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One of the greatest powers we have as individuals is our power as consumers. By supporting products and services from businesses which are committed to environmental improvement – and which measure their performance – we can really change the way goods and services are provided in the world.

The best general rule is to look for a credible form of environmental certification on products that you wish to buy. These include the ‘BioGro’ ( organics certification, the ‘Agriquality’ ( organics label, the 'Environmental Choice New Zealand’ ( label, and the ‘EnergySavers’ label on electrical appliances.

Look out for manufacturers that make environmental claims for their products, such as that they are ‘environmentally friendly’ or ‘biodegradable’, but which are not part of any accredited certification scheme. Ecologic encourages people to question such claims and, if necessary, to report them to the Commerce Commission for a breach of the Fair Trading Act.


  • Organics certification is not comprehensive as it is mainly focused on avoidance of artificial chemicals in food production, and does not require sustainable land management practices, avoidance of water pollution or protection of on-farm biodiversity. However, organic producers do tend to be more enlightened in a range of their practices. In the absence of a comprehensive sustainability certification in New Zealand or Australia, certified organics remains the best assurance available for consumers concerned about environmental sustainability.
  • If you can’t afford to get everything organic, at least focus on those products where your organic purchase decision that make the biggest difference to the environment. These include cotton, dairy products, and onions.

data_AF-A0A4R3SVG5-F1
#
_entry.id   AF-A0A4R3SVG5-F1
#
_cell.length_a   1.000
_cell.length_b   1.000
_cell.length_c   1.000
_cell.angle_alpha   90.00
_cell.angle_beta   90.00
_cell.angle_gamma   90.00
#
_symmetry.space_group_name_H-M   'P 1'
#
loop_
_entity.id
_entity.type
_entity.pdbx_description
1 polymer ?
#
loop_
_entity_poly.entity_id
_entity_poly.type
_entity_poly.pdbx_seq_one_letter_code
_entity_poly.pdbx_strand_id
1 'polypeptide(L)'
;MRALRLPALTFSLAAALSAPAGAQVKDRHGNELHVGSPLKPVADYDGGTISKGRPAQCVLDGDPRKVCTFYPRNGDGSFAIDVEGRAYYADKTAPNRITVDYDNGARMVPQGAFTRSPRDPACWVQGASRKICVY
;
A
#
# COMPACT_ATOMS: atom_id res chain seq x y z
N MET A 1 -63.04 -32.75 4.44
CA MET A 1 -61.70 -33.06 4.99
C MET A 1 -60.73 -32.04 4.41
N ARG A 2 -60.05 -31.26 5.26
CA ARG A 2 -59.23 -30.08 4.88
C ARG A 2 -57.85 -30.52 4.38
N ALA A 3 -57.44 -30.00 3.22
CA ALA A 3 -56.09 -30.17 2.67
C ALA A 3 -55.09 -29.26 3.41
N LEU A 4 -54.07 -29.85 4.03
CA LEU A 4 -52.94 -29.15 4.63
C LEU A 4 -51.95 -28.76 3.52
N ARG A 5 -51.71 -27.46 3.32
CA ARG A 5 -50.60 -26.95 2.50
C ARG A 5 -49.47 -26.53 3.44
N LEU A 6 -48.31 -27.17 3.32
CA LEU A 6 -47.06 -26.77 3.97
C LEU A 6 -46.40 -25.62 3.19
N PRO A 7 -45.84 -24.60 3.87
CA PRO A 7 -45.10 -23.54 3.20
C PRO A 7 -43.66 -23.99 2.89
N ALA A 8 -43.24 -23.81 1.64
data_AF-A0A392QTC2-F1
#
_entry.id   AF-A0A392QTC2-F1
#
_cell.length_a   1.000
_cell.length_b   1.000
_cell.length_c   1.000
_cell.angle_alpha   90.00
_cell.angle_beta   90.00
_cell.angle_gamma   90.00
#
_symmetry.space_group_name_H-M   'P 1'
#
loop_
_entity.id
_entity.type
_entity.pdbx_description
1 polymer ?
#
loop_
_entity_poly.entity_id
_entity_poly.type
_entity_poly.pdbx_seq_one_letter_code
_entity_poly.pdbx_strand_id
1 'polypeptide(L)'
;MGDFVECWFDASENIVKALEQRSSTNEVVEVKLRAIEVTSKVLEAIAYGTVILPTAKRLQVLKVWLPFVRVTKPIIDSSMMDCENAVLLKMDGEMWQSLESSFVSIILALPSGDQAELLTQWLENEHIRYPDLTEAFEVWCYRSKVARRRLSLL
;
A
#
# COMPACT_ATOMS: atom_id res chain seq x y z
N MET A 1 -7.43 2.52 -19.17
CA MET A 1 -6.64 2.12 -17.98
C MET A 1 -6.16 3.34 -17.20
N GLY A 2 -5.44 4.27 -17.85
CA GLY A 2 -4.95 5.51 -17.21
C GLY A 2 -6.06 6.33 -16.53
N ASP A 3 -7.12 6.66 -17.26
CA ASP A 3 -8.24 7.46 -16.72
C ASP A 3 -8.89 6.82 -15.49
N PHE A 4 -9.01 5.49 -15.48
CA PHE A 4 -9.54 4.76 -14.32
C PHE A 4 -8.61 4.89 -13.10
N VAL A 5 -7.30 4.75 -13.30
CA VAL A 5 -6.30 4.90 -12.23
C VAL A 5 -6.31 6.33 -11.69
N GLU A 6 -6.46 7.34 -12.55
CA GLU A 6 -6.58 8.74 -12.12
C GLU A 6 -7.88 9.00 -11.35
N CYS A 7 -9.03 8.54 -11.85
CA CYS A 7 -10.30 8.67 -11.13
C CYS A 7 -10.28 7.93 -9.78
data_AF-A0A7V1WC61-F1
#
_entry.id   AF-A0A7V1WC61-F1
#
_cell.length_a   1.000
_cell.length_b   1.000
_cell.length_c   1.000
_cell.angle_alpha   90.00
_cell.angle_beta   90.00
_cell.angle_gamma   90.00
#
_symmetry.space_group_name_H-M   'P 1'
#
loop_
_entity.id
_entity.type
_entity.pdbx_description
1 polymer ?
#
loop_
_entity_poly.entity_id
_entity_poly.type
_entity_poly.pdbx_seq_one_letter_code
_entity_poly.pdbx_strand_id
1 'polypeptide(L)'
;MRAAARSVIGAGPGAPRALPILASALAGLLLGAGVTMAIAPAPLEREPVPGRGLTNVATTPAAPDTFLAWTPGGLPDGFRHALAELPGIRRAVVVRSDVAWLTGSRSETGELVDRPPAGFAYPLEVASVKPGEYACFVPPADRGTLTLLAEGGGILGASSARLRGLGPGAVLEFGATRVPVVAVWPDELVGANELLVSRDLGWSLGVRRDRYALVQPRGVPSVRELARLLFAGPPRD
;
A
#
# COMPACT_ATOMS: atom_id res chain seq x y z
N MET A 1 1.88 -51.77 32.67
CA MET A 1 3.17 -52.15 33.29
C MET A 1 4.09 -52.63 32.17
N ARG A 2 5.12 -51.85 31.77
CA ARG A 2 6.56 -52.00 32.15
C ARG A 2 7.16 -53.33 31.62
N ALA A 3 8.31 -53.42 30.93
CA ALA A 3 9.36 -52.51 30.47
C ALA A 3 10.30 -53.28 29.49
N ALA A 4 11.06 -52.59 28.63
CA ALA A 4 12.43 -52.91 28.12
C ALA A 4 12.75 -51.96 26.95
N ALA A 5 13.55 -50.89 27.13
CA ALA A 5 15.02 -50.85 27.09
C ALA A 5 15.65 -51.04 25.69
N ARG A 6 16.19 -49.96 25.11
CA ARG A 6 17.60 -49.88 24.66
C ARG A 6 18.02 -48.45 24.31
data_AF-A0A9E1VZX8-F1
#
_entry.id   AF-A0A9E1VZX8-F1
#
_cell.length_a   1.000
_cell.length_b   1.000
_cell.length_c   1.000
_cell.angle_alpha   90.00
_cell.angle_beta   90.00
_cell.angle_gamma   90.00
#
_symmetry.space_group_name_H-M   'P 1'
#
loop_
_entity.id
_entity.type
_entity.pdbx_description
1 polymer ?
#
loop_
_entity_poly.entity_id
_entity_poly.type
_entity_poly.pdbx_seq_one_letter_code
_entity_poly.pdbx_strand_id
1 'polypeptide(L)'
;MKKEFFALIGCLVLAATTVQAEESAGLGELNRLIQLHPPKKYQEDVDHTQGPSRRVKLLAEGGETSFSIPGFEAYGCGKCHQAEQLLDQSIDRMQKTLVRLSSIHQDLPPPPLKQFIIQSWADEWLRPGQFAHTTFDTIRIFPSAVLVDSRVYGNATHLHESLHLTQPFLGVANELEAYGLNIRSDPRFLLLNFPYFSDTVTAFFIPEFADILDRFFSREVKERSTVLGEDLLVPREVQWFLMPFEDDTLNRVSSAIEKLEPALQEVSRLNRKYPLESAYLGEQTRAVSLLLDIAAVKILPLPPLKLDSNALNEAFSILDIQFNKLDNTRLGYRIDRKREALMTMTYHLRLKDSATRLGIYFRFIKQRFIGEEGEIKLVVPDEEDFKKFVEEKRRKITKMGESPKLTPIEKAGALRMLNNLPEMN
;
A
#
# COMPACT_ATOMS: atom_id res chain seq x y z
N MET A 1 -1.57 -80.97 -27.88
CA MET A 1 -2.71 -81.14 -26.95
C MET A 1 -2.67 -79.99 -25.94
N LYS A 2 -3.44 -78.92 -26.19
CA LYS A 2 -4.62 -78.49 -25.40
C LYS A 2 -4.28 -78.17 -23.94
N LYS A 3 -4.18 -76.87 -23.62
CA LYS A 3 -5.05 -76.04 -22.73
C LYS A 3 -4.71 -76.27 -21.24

• When buying fruit and vegetables think about whether it is necessary to buy them in pre-packaged containers - remember they don’t always have to go in a bag!

Wood and wood products:

  • When buying timber, go for exotics like radiata pine, Douglas fir or macrocarpa.
  • In New Zealand, only buy native timber that has been recycled or which comes from an area with a management plan certified under the Forests Act.
  • Avoid buying any imported wood, especially from tropical countries, unless it is certified by a recognised authority such as the Forest Stewardship Council (
  • Put off buying any imported garden furniture if you can. In New Zealand, none of it is presently sourced from sustainably-managed forests.

Avoid Packaging:

  • When choosing between two similar products choose the one with the least packaging or with recyclable packaging
  • Check options for buying in bulk or for products that are in concentrated form to reduce packaging
  • Buy products that are designed to be used more than once; a china mug or cup or cloth napkins
  • Buy high-quality products which can be repaired, rather than disposable ones
  • Buy products that are recyclable or made from a recycled material

Further information:

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